Powerful Flares Just Erupted on The Sun


Some of the most powerful flares our Sun can muster have just erupted, each directed in such a way to have a noticeable effect here on Earth.
On 5 May 2024, an X1.3 flare and an X1.2 flare erupted from active sunspot cluster AR 3663, at 0601 and 1154 UTC, respectively, according to the NOAA’s Space Weather Prediction Center.
Each flare produced a radio blackout here on Earth, and we may see ongoing effects, if there were accompanying coronal mass ejections (CMEs) that hurled charged particles in our direction.
AR 3663, however, appears to be the most active.
It appeared on 30 April and has to date emitted 14 M-class flares and 3 X-class flares – the second most and most powerful flares the Sun can produce.
Solar flares are spectacular eruptions of plasma on the surface of the Sun, powered by the snapping and reconnecting of magnetic field lines over sunspots – regions where the solar magnetic field is temporarily stronger.
Sometimes, a solar flare is accompanied by a CME.
Currently, there are no geomagnetic storms predicted for the two flares of 5 May, but there are geomagnetic storms just about to hit Earth from a previous solar flare.


Recently, our Sun has been producing some of its strongest flares ever, and each one is aimed to cause noticeable effects on Earth.

The NOAA’s Space Weather Prediction Center reports that on May 5, 2024, at 0601 and 1154 UTC, respectively, an X1.3 and an X1.2 flare erupted from the active sunspot cluster AR 3663.

Here on Earth, each flare caused a radio blackout, and if there were concomitant coronal mass ejections (CMEs) that flung charged particles in our direction, we might continue to experience effects.

But that’s not a given; according to the UK Met Office, no clear Earth-directed CMEs were seen. Nonetheless, it’s possible that there was a CME that we missed seeing because the coronagraph technology that is used to detect CMEs is presently either limited or nonexistent.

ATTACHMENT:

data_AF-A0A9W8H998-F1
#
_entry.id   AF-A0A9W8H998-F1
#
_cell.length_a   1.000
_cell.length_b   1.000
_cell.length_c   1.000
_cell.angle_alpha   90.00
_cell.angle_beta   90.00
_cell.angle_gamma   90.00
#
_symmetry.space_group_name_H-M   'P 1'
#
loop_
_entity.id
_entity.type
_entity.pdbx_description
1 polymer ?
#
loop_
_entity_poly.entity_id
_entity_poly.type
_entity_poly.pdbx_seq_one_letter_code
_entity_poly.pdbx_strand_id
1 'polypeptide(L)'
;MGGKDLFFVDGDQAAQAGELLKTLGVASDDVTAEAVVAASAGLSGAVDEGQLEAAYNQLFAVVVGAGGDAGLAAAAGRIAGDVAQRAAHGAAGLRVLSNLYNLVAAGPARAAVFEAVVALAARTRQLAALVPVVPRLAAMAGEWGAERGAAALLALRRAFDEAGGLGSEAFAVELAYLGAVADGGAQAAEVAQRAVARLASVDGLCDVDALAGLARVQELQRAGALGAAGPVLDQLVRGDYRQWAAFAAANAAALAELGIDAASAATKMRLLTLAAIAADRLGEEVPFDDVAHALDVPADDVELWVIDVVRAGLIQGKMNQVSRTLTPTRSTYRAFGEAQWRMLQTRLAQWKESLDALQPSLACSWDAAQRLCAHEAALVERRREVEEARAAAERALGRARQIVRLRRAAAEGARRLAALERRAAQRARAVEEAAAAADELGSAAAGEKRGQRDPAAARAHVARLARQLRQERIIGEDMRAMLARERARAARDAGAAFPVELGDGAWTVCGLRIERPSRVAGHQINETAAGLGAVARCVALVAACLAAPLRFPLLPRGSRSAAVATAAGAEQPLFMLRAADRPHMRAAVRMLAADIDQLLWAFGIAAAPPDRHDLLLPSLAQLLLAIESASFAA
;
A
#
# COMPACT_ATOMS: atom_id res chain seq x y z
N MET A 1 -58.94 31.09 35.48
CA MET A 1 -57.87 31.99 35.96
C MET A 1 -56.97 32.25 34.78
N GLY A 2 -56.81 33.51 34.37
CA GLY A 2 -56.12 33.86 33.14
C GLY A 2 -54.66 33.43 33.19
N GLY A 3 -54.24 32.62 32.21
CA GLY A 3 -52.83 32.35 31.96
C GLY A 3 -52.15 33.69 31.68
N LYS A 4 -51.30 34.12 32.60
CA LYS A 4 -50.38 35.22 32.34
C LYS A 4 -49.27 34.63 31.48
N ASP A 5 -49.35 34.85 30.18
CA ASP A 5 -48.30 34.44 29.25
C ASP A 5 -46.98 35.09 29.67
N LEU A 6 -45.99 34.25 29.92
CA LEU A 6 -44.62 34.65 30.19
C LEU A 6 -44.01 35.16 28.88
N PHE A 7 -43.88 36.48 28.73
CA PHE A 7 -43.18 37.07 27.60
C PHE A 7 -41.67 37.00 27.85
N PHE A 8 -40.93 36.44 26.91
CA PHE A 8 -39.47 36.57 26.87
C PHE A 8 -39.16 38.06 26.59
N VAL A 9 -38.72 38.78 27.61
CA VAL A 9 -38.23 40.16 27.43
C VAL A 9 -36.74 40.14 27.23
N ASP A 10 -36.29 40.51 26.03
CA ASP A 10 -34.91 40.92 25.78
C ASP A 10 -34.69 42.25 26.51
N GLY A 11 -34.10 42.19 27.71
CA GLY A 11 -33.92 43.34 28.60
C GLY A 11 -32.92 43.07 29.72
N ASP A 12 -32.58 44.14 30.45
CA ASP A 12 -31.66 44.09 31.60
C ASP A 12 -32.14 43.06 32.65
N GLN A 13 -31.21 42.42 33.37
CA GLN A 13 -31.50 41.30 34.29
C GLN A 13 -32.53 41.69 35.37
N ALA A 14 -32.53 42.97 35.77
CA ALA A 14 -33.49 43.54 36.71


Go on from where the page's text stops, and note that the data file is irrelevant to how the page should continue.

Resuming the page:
As of this writing, the Sun’s Earth-facing side has nine sunspot clusters, or regions, separated by more than 150 sunspots. It seems that AR 3663 is the most active, though. Since its appearance on April 30, it has released three X-class flares, which are the second-strongest and most powerful flares the Sun is capable of producing, and fourteen M-class flares.

It is predicted by scientists that before the region rotates to the far side of the Sun, away from Earth, it will produce a few more M-class flares and possibly an X-class or two.

The breaking and rejoining of magnetic field lines over sunspots, or areas of the solar magnetic field where the field is momentarily stronger, is what causes solar flares, which are spectacular eruptions of plasma on the surface of the Sun. There may be brief radio blackouts due to the X-ray and UV light bursts from these explosions that can lash Earth’s ionosphere on the side that receives sunlight.

A CME can occasionally accompany a solar flare. The Sun is spitting out a massive amount of plasma and magnetic field into space. Although they take a little longer to reach Earth because plasma moves a little more slowly than light, these eruptions do occasionally occur.

The consequences, known as a geomagnetic storm, are considerably more severe when they do, however, materialize.

Upon collision with Earth’s magnetosphere, the CME generates electrical currents that have the potential to flow through the power grids, leading to power outages and fluctuations. Satellites may need to make course corrections due to currents generated in low-Earth orbit, and radio and navigation signals may also be impacted.

But the aurora is the best feature. The Earth’s magnetosphere, atmosphere, and solar particles interact to produce an ethereal glow in the night sky around the poles. This glow is also visible during the day, but it is too bright to be seen.

The two flares on May 5 are not currently expected to cause geomagnetic storms, but there are geomagnetic storms from a previous solar flare that are very close to Earth.

A CME is predicted to produce a moderate geomagnetic storm on May 6 that will cause power grid fluctuations, satellite drag, and fading radio signals at high latitudes. On May 3, AR 3663 erupted in an X1.6 flare.

Additionally, according to the NOAA, Aurora “may be seen as low as New York to Wisconsin to Washington state.”. ****.

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